A therapy that leads to the complete destruction of the herpes virus is not known. Also, no vaccine is available that can prevent infection with the virus. Since the virus remains in the body even after the symptoms have resolved, a new onset of weakness of the body's own immune system or in stressful situations can occur at any time.
In mild cases of herpes infection only the symptoms such as fever, itching and skin symptoms are treated.
If there is a spread of the virus via the blood and the development of herpetic psi or the infestation and the infection of other internal organs, an antiviral therapy via the vein is necessary for 2-3 weeks. The pathogenic viruses are thus prevented from further propagation. As an antiviral drug acyclovir is usually used. This alleviates the pain and the itching, prevents the further multiplication of the viruses and is intended to minimize possible consequential damage as far as possible. The crucial condition for the treatment of severe herpes infections is the initiation of treatment within the first 24h after symptom onset.
Therefore, in the case of encephalitis, antiviral therapy must be initiated in the event of suspicion. If it turns out that no herpes encephalitis is present, the antiviral therapy can be stopped immediately.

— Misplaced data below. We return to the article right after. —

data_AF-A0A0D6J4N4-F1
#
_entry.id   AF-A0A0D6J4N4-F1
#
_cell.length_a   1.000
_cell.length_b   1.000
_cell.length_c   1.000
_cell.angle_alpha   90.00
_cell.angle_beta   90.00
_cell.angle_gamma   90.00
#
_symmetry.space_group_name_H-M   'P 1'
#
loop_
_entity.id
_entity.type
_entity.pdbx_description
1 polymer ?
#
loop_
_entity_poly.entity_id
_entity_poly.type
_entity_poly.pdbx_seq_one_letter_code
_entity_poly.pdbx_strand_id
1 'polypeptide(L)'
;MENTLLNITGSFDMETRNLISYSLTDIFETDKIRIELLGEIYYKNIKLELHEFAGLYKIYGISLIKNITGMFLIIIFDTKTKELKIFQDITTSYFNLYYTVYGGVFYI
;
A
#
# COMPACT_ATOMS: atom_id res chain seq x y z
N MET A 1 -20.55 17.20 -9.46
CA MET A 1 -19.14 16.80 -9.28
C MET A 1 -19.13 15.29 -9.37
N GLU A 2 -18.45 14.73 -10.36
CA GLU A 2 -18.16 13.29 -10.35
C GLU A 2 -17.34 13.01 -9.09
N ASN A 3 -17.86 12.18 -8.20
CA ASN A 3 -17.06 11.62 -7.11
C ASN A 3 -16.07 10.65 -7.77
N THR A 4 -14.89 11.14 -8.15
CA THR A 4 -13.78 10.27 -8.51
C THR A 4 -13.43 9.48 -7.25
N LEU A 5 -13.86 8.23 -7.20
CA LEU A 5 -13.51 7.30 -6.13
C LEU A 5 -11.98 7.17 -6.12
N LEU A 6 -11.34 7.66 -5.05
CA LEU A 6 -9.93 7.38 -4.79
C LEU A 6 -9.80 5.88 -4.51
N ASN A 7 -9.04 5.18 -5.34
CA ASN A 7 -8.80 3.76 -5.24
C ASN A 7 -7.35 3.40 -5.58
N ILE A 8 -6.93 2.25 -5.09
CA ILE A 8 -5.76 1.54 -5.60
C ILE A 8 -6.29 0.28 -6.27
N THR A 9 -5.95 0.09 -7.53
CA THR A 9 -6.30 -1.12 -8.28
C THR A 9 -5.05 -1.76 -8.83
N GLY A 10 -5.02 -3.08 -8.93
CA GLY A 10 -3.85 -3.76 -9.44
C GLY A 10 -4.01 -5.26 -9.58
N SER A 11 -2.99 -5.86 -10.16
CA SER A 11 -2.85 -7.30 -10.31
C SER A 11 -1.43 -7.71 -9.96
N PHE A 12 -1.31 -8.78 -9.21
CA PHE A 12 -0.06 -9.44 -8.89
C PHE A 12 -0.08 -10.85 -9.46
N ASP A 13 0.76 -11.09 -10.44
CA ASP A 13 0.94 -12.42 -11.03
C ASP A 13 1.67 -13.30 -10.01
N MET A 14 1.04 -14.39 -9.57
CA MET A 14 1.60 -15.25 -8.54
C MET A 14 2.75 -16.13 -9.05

Only in a few cases is herpes treated with topical medications. This is especially the case with involvement of the eyes, such as conjunctivitis, which is treated with an ointment of aciclovir or other antiviral agents.
The duration of the herpes symptoms depends on the age and whether it is a reinfection or a reactivation of the virus. A primary infection associated with mild fever and fatigue usually resolves within two weeks.
In severe forms or complications such as herpetic encephalitis, the duration may vary greatly. Later, it usually comes only to reactivation of the herpes, which is associated with blistering. These heal after about a week by themselves and leave no scars.
If the present herpes infection of the baby is only a localized inflammation limited to a specific area of the skin or mucosa, the prognosis is good. Whereby, especially in small babies, due to the not yet fully developed defense system, one must always make sure that the infection does not spread further.
If the brain or other organs are affected by a herpes infection, the mortality rate in babies is about 50-80% despite adequate therapy. If the affected child survives the serious infection, there is still a high risk that it will retain permanent damage. These include, for example, a reduction in intelligence, mental disability, cramping or damage to the eyes.